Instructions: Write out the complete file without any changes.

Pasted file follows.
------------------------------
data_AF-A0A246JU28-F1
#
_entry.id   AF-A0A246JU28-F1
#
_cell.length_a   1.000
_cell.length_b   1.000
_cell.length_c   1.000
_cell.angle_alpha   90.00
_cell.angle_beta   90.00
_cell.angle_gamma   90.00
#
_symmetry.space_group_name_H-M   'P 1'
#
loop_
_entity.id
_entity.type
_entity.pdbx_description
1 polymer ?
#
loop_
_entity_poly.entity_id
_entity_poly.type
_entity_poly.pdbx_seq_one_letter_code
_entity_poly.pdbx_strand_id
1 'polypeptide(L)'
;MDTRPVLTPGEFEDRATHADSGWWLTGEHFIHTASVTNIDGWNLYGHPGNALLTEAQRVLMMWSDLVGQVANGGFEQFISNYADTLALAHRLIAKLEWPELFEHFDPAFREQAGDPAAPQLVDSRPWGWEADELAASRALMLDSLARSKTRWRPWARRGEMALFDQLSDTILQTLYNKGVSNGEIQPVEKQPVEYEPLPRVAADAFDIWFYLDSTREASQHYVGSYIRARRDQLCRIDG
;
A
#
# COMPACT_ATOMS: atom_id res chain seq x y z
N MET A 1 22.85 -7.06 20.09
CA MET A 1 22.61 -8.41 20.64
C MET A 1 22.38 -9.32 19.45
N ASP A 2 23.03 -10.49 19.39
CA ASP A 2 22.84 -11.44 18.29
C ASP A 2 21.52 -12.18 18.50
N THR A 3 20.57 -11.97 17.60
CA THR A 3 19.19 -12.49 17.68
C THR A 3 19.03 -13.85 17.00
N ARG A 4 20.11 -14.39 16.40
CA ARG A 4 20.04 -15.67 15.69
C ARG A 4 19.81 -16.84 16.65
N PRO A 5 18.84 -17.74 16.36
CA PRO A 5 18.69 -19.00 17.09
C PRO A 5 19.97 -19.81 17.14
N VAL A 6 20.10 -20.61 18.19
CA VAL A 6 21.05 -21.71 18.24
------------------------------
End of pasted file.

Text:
data_AF-A0A246JU28-F1
#
_entry.id   AF-A0A246JU28-F1
#
_cell.length_a   1.000
_cell.length_b   1.000
_cell.length_c   1.000
_cell.angle_alpha   90.00
_cell.angle_beta   90.00
_cell.angle_gamma   90.00
#
_symmetry.space_group_name_H-M   'P 1'
#
loop_
_entity.id
_entity.type
_entity.pdbx_description
1 polymer ?
#
loop_
_entity_poly.entity_id
_entity_poly.type
_entity_poly.pdbx_seq_one_letter_code
_entity_poly.pdbx_strand_id
1 'polypeptide(L)'
;MDTRPVLTPGEFEDRATHADSGWWLTGEHFIHTASVTNIDGWNLYGHPGNALLTEAQRVLMMWSDLVGQVANGGFEQFISNYADTLALAHRLIAKLEWPELFEHFDPAFREQAGDPAAPQLVDSRPWGWEADELAASRALMLDSLARSKTRWRPWARRGEMALFDQLSDTILQTLYNKGVSNGEIQPVEKQPVEYEPLPRVAADAFDIWFYLDSTREASQHYVGSYIRARRDQLCRIDG
;
A
#
# COMPACT_ATOMS: atom_id res chain seq x y z
N MET A 1 22.85 -7.06 20.09
CA MET A 1 22.61 -8.41 20.64
C MET A 1 22.38 -9.32 19.45
N ASP A 2 23.03 -10.49 19.39
CA ASP A 2 22.84 -11.44 18.29
C ASP A 2 21.52 -12.18 18.50
N THR A 3 20.57 -11.97 17.60
CA THR A 3 19.19 -12.49 17.68
C THR A 3 19.03 -13.85 17.00
N ARG A 4 20.11 -14.39 16.40
CA ARG A 4 20.04 -15.67 15.69
C ARG A 4 19.81 -16.84 16.65
N PRO A 5 18.84 -17.74 16.36
CA PRO A 5 18.69 -19.00 17.09
C PRO A 5 19.97 -19.81 17.14
N VAL A 6 20.10 -20.61 18.19
CA VAL A 6 21.05 -21.71 18.24